On Why Puerto Ricans Move to New York

Essay: Why Do Puerto Ricans Move to the United States?

Carmen Says

Why do Puerto Ricans move to the United States? Why did I?

By Carmen Bardeguez Brown

Lindo capullo de alelí

si tu supieras mi dolor

correspondiearas a mi amor y calmaras mi sufrir

Por que tu sabes que sin ti

la vida es nada para mi

Tu bien lo sabes capullito de alelí

                        Rafael Hernandez


The smell of aleli

Remembers a distant future

Of coco y pasteles

Yuca,name y cafe con leche

Aromatic memoirs

Chicharrones de Bayamon

VIajando por la carretera #2

Drinking pirogues en el Bronx

Memoirs of salt


Cana y pina

Translated in millions of taste

Sinsabores amargos

And the lullaby of a pitirre

Cantico del coqui

Frozen in giant mirrors

of voices

Tasting pinones y

Arroz con dulce sin pasas.

I amnot sure what was the final thought that made me decide to cross the Atlantic and move to New York City. I mentioned the idea to my father and he was supportive but he looked pensive when he told me to always focus on education and that I needed to work hard to achieve anything “better than them” in Puerto Rico or in the United States. He did not say it but I knew what he meant. He knew that there was racism in both countries, a different kind of racism but still racism.

Dad and mom instilled the value of education in all of us at a young age. I still remembered how they dutifully checked our homework and asked us about our school projects. They had high expectations from all of us and raised us to value education as the only true vehicle for self improvement.

I was scared about moving to New York. My older sister moved to the city to do her residency in a hospital in Queens. She had told me that after her graduation from the University of Puerto Rico Medical School, she was offered an unpaid internship while most of her more connected friends got paid residencies. Her choice was clear. She moved to New York searching for opportunities denied at home which is the number one reason why most Puerto Ricans move to the United States. Like any other immigrant group, we all search for better opportunities. The only significant difference is that Puerto Ricans are not immigrants as we are American colonial citizens since 1917.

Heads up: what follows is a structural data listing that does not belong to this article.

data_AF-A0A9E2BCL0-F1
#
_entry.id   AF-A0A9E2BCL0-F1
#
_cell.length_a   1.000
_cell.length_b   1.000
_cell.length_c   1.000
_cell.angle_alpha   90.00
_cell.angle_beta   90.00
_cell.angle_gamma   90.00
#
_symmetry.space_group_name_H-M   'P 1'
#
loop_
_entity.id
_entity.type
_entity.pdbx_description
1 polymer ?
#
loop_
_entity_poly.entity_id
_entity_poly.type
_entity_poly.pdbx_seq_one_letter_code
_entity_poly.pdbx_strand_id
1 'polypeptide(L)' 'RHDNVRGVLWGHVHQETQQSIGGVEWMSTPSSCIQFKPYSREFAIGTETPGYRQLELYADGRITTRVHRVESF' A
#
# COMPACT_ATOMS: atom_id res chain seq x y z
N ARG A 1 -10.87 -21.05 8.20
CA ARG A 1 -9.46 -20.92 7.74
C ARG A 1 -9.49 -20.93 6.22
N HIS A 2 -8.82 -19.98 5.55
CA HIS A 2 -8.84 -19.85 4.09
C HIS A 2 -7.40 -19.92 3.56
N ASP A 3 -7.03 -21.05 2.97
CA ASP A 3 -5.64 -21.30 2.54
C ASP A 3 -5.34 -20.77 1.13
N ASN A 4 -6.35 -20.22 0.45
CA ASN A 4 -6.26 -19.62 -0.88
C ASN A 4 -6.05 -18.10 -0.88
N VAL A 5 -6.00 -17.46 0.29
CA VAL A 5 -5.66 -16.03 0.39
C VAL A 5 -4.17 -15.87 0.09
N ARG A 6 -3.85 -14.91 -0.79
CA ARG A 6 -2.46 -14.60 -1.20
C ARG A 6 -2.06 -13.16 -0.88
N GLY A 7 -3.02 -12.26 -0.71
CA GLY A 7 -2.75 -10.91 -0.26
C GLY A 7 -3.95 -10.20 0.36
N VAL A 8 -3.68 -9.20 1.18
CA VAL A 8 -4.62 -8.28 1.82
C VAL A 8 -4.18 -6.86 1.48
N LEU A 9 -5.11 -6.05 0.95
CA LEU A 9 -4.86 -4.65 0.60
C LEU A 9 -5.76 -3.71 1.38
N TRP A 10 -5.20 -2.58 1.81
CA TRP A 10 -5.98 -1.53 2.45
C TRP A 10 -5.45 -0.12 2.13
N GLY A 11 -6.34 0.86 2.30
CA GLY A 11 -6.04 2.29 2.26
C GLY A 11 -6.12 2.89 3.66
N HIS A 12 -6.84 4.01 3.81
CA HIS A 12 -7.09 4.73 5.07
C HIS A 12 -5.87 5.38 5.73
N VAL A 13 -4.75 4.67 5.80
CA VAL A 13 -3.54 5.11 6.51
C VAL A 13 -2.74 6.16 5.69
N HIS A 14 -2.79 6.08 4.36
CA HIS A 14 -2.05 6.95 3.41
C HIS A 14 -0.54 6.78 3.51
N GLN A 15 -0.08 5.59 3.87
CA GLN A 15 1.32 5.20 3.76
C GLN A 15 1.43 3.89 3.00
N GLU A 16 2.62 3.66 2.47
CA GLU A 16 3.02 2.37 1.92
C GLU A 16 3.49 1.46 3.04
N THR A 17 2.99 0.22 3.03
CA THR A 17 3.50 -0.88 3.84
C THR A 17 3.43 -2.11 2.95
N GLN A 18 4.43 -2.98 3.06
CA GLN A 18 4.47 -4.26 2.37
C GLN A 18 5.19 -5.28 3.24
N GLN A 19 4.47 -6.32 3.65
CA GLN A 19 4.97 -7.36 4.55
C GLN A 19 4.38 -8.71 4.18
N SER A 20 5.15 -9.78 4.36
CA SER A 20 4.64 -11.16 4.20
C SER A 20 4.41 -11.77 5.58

My decision was a little more personal. I was feeling suffocated by what was going on in Puerto Rico and my personal life. I was not sure what I wanted to do after graduating from college. I was not interested in studying Law or getting married. Believe it or not, marriage was still the traditional thing to do for a young woman in the 80s inspite of having an education.

I knew neither of those options were for me. I was also involved with a few leftist organizations and felt that they were turning quite predictable and the cronyism of politics in my dear country was quite rampant. The unofficial black listing of anyone that supported the Independence movement in Puerto Rico was and still is a career death sentence.

The violence and constant surveillance towards individuals and organizations that were unapologetically working towards Independence was evident as in the Cerro Maravilla murder. I was a political science major and students knew who were the undercover agents in classes with professors who were considered radicals or on classes that were on the left side of the political spectrum. We all knew how to live under surveillance but the majority of the mainstream culture called us paranoids.

The sudden death of our beloved father seriously spiralled me into depression. I felt suffocated by the personal loss and the narrow-minded cultural discourse that was typical in colonial societies. I love my country dearly but I needed to venture into the unknown; explore new horizons that will force me to grow. I was in search of my destiny.

Essay: Why Do Puerto Ricans Move to the United States?

A few months after I completed my college degree, I made the final decision that changed my life. I decided to apply at the New School For Social Research and pursue a Master’s Degree in Political Economy. They had a world class faculty of Marxists and Social Democrats and it seemed to be the right fit for me. Once I was accepted, I eagerly ventured into my new adventure.

A Beautiful Sunny and Cold Winter Day

I arrived to New York City on January 4,1984. My sister Arlene and her Italian boyfriend picked me up at the airport. The next day, I woke up as if in a daze, thinking that I was in some kind of a dream. It was a beautiful sunny day and I decided to venture outside. I noticed some of the people in the lobby of my sister’s building looking at me a little strangely.

I was wearing a white T-shirt and jeans. As soon as I stepped outside, I thought I had arrived in Siberia. I felt so cold I could not think. I ran as fast as I could inside the building trembling. The concierge started to laugh quietly and said, what are you thinking? I was perplexed as I was not used to conversations in English. Then he told me in Spanish, muchacha mira que esta frio!

I couldn’t stop shaking and looking through the glass door, I saw the beautiful sun and said: El sol que no calienta.”I know that it didn’t make any sense but I have never experienced winter and couldn’t understand how a beautiful sunny day could be so cold. What a mirage a brilliant sun and a coldness that freezes your soul.

Perhaps, my first day was an experiential metaphor of my future life in the United States. The superficial promise of the ‘American Dream’ interlaced with the coldness of the American nightmare.

And after many years…